And the world watches, and it wonders. They don’t see us talking with the same level of passion about feeding the hungry or providing warm shelter for the homeless. The stuff in the world that really matters barely gets a mention, but don’t even think about buying your Xbox from a store that won’t put Merry Christmas on their sign—because that violates your rights!

And that is why this video makes me sick. I'm embarrassed to be aligned with those "Christians" who have made the war on Christmas their issue. Jesus said his disciples would be known not by their beliefs, not by their rules, not by their holidays or traditions. He said we will be known by our love for each other.

  • If we are disciples of Jesus, known by our love, where is that evident as we yell at the world because they won’t acknowledge one of our traditions?
  • If I am a disciple, known by how loving I am, will I really be offended if someone sincerely greets me with “Happy Holidays” instead of “Merry Christmas”?
  • If I am a disciple, known by his love, won’t I care more than I do about the Muslims, Jews, Jehovah Witnesses, atheists, or even some strands of Christians who don’t celebrate Christmas?
  • If I am a disciple, known by his love, will I really care whether my bank sends me a holiday greeting rather than a Christmas card? Is it really worth changing banks, walking away from the relationship I’ve built with one of the tellers, just to make a point?
  • If I am a disciple, known by his love, will I act as though this is “my” country, and you must respect “my” values?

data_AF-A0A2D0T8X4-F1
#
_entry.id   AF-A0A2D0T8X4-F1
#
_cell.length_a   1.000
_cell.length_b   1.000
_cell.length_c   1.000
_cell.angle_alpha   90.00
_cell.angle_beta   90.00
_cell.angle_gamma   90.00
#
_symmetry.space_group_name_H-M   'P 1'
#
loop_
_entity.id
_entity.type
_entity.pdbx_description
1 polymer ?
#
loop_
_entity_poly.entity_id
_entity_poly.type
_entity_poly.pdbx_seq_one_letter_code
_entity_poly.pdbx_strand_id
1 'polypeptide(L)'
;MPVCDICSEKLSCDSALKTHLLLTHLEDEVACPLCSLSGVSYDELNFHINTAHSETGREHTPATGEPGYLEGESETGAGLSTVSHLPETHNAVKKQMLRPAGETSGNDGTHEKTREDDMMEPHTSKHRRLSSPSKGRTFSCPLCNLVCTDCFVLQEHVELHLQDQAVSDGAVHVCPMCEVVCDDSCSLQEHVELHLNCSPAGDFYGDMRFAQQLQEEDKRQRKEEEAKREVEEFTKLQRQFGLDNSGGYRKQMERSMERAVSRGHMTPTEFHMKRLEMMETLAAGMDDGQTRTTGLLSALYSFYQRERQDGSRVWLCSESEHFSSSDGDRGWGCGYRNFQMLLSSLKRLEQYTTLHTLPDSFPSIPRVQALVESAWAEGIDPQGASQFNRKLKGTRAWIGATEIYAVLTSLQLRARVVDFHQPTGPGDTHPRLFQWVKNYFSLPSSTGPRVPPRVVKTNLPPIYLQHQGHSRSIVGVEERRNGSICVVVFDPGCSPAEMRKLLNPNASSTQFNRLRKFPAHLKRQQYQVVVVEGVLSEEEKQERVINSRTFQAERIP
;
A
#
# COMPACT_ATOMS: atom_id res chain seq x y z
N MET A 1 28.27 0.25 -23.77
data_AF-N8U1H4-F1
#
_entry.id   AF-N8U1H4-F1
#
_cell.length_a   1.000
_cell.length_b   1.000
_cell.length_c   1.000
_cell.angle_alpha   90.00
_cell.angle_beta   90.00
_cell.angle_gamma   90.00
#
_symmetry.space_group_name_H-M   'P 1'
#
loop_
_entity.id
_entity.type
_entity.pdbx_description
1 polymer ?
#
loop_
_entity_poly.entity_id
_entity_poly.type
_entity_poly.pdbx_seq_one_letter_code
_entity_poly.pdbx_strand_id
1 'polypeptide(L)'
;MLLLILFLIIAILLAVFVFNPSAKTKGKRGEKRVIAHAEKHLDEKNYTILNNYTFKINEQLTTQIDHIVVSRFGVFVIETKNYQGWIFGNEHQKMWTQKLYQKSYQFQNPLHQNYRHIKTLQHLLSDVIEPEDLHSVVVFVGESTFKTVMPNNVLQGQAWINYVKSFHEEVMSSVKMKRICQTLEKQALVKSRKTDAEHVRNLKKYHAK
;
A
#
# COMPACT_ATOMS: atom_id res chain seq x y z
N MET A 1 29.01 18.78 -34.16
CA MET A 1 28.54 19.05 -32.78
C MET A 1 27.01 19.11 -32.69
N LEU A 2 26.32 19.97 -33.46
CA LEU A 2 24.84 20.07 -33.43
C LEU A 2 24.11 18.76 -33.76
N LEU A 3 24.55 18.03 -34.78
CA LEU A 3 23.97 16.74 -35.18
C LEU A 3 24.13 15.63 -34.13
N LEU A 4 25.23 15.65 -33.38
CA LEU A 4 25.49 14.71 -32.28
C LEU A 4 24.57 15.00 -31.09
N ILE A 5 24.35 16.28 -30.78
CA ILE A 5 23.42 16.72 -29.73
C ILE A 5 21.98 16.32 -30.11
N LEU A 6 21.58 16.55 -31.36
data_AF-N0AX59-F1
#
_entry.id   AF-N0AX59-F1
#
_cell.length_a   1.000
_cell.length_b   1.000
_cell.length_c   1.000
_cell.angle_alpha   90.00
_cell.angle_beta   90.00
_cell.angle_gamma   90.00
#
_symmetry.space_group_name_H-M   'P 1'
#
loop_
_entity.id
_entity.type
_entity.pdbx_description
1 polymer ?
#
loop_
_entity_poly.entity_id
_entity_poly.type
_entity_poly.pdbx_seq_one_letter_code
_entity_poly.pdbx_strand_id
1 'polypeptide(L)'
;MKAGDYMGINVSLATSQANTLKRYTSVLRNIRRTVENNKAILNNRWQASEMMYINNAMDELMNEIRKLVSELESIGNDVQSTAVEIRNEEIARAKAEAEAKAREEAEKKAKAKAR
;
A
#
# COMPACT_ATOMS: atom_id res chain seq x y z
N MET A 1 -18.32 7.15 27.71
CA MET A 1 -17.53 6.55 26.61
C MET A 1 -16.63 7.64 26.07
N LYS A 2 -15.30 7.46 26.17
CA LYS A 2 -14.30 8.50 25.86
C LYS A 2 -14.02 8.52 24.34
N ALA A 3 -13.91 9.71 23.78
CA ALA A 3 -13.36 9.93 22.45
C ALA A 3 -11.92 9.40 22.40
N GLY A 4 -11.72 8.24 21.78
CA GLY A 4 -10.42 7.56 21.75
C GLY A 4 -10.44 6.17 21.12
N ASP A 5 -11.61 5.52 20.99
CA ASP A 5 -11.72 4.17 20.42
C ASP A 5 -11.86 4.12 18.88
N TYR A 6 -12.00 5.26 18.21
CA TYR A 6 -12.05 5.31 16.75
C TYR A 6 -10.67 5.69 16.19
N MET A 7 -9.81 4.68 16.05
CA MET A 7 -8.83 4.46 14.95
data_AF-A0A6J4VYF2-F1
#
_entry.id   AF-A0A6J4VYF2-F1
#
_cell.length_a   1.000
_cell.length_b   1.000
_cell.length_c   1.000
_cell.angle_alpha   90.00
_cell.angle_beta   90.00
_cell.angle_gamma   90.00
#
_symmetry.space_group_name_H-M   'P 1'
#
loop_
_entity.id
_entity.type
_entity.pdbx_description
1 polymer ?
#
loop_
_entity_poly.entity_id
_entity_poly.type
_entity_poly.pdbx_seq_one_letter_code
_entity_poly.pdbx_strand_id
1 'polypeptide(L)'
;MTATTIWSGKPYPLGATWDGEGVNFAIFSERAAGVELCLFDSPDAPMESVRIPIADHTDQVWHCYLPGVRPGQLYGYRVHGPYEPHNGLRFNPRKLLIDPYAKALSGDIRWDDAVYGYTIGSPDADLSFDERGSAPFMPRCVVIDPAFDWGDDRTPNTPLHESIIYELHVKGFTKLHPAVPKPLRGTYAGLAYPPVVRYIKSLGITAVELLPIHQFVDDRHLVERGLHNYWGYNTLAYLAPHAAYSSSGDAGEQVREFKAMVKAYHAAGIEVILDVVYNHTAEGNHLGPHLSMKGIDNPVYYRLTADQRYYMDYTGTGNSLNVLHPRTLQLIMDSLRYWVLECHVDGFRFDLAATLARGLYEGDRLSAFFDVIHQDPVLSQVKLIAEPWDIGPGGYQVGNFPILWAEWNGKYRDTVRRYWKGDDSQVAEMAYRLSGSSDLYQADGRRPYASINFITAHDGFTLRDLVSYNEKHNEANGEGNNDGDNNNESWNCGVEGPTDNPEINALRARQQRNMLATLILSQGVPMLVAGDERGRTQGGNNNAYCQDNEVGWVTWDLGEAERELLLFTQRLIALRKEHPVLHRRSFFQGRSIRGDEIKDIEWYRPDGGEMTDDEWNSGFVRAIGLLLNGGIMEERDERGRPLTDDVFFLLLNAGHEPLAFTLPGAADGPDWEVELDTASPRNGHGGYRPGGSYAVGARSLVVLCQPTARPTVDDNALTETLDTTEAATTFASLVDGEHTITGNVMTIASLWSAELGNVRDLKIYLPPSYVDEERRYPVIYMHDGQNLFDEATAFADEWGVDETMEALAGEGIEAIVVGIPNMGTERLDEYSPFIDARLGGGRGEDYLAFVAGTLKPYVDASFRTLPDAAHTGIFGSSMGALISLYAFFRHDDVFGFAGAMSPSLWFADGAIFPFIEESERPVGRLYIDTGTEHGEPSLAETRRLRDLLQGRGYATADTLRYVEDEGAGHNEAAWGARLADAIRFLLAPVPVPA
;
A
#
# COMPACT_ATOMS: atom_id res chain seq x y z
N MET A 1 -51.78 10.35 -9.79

I’m not sure where it started, but we have this corporate sense of entitlement as Christians in America. Herb Silverman, a self-described atheist, writes in the Washington Post, “Could it be that many Christians lament the possibility that their dominance and privilege in America might be nearing an end?"

He might be right. We think everyone is supposed to be nice to us. We expect society to treat us well, to give us preferential treatment, to put us in the front of the line. After all, there are more of us. So we deserve special treatment.

And yet Jesus seemed to preach about an entirely different kind of living:

“Blessed are you when people hate you, when they exclude you and insult you and reject your name as evil, because of the Son of Man” (Luke 6:22 NIV).

It would probably be presumptuous, maybe even ignorant, to think this verse applies to the “war on Christmas.” If crucifixion is a +100 on the persecution scale, then hearing my Applebees server say “happy holidays” is somewhere around a 0.0000001.

And yet I think the principle is still very much the same. If you align your life with Jesus, people are going to say things about you, your “rights” will be stomped on, you won’t be included in everything, and they may even twist the facts to make you look like the bad guy.

Jesus said,

“You're blessed when you can show people how to cooperate instead of compete or fight. That's when you discover who you really are, and your place in God's family” (Matthew 5:9 MSG).

Every December, for a few weeks, we have an opportunity. What better time than Christmas to show the love of Jesus? What better opportunity to be disciples, marked by love, than when we are surrounded by people bickering over a store’s marketing plan?